Texas Tarantula

Aphonopelma hentzi

Name: Texas Tarantula
Scientific Name: Aphonopelma hentzi
Range: North America (Texas)
Habitat: Under rocks and in abandoned mouse borrows.
Status: Not threatened 
Diet in the wild: Some might raid nests and eat young chicks, but mostly eat insects.
Diet in the zoo: Insect diet- earthworms, meal worms, and crickets.
Location in the Zoo: In the James R. Record Aquarium (Insect City) and in the Texas Wild Exhibit. 

Physical description: 
  • Height: Approximately 2-3 inches high. 
  • Body length: Approximately 3-4 inches. 
  • Life Span: Females-40+ years, Males-15 years.
  • Color: Light brown abdomen with dark brown legs. 
  • Females: Are larger than males, and have an abdomen about the size of a quarter. 
  • Males: Smaller than females.
  • Characteristics: Have 8 legs, 2 big fangs, and are very hairy

General information:

Tarantulas are solitary animals and can live up to 30 years. They are nocturnal hunters and are generally nonagressive. Moreover, they can live in burrows that are 2 feet deep. This species (Aphonopelma) has the longest life span of any other spider. Furthermore, most tarantulas are killed by predatory wasps called Tarantula hawks. The Tarantula hawks sting their prey and use the dead tarantula body to lay their eggs in. In addition, the offspring of the Tarantula hawks rely on the leftover body parts to supply them with food.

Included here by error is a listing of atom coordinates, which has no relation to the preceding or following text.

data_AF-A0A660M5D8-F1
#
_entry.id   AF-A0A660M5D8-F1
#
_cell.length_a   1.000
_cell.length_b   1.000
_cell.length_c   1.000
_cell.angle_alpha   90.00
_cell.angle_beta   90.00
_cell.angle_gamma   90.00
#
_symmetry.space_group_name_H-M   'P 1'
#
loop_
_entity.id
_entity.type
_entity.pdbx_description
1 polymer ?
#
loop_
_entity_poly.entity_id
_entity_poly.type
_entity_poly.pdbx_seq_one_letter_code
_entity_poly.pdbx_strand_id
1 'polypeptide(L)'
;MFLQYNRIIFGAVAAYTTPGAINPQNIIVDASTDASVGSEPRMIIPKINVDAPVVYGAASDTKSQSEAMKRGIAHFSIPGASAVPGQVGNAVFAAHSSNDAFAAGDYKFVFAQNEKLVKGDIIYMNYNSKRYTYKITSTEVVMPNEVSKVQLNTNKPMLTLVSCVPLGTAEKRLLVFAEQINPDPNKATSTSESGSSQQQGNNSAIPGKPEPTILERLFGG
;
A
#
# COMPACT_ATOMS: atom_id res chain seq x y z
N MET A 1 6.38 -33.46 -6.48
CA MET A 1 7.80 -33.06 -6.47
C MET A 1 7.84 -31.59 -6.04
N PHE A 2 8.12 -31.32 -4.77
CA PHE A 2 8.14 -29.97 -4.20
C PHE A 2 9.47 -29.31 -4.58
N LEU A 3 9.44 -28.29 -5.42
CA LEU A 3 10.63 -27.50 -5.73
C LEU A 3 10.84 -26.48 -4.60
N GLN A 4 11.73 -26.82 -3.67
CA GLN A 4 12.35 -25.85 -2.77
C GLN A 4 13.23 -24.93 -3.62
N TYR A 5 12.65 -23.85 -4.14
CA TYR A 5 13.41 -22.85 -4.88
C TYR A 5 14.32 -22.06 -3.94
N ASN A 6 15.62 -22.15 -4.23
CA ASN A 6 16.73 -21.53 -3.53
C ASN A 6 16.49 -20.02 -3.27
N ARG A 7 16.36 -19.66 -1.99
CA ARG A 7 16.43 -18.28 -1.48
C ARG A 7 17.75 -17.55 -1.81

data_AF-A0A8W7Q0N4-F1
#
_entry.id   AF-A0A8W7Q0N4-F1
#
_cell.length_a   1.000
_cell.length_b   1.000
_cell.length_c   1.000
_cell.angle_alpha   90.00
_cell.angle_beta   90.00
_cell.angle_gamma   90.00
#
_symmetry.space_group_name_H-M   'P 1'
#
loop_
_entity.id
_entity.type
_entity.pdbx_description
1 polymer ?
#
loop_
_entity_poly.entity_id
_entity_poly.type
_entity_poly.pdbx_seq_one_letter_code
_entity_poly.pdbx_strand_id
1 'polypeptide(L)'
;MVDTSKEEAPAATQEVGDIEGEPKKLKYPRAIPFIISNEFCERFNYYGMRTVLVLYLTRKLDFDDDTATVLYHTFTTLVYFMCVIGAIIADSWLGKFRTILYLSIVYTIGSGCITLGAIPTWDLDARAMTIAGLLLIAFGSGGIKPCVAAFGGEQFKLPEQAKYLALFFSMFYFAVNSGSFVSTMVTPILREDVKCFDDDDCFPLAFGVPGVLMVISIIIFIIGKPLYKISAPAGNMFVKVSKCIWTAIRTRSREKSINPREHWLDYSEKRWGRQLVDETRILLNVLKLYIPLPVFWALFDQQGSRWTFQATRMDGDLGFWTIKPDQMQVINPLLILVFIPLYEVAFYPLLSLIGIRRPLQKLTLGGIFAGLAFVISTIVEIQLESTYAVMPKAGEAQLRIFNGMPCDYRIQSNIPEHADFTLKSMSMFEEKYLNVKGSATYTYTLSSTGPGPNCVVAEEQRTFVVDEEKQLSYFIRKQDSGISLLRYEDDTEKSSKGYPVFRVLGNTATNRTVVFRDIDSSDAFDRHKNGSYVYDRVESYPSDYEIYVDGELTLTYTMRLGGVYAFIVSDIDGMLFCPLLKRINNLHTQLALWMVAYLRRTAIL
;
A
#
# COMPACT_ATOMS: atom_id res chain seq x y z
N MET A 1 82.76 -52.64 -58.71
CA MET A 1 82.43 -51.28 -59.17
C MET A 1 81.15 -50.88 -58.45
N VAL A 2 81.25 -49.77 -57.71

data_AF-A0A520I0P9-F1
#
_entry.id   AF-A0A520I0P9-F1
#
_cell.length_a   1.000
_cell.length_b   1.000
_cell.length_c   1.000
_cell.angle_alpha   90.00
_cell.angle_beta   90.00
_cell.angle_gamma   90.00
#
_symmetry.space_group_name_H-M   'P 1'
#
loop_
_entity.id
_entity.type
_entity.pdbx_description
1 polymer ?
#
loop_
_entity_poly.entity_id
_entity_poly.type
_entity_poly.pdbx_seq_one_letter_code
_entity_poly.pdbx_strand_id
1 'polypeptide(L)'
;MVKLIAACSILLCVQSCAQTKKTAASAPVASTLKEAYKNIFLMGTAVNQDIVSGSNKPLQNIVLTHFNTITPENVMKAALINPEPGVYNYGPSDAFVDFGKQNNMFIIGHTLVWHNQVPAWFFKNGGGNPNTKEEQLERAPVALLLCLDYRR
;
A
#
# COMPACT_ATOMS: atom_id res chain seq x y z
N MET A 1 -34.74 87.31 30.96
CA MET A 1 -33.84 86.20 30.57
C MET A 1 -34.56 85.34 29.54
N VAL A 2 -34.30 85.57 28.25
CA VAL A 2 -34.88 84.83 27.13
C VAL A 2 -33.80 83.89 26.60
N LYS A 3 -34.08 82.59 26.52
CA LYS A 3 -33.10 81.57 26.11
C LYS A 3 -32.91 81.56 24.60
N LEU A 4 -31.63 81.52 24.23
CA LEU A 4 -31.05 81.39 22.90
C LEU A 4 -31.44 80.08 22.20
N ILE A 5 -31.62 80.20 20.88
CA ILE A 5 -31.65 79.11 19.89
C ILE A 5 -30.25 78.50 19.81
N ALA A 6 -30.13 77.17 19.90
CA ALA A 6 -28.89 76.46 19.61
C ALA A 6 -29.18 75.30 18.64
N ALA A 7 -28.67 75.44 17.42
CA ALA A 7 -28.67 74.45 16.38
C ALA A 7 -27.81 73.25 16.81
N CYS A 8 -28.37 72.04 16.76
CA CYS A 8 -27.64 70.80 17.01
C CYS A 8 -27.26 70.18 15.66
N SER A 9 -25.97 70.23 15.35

Special anatomical, physiological or behavioral adaptations:

Unlike other spiders, tarantulas use their silk to line their burrows instead of catching their prey. They have a pair of silk producing spinnerets located on the abdomen. Moreover, the female tarantula uses her silk to protect her delicate baby eggs.  In addition, tarantulas shed their skins to adapt to their growing bodies.

Comments about the two Tarantulas located at the Fort Worth Zoo:
There are two tarantulas located at the Fort Worth Zoo. Both of them are Texas Tarantulas. They are on exhibit right now.


Personal Observations:

Tarantulas are really not active creatures. The last couple of times I observed them they were still in the same position and the same exact place. Moreover, they usually have crickets running around in the bottom of the glass cage. In addition, the tarantula located in the Texas Wild Exhibit has a glass cage that actually looks like it's located in a true underground burrow.

Source Materials and Related Links:
         Flank, Lenny. The Tarantula: An Owner's Guide To A Happy Healthy Pet. Macmillan 
              Publishing. New York, New York, 1998.
         Marshall, Samuel D.. Tarantulas and Other Arachnids. Barron's Educational Series, 
              Inc.. Hauppauge, New York, 2001.

Page author:{short description of image}Brook Salazar

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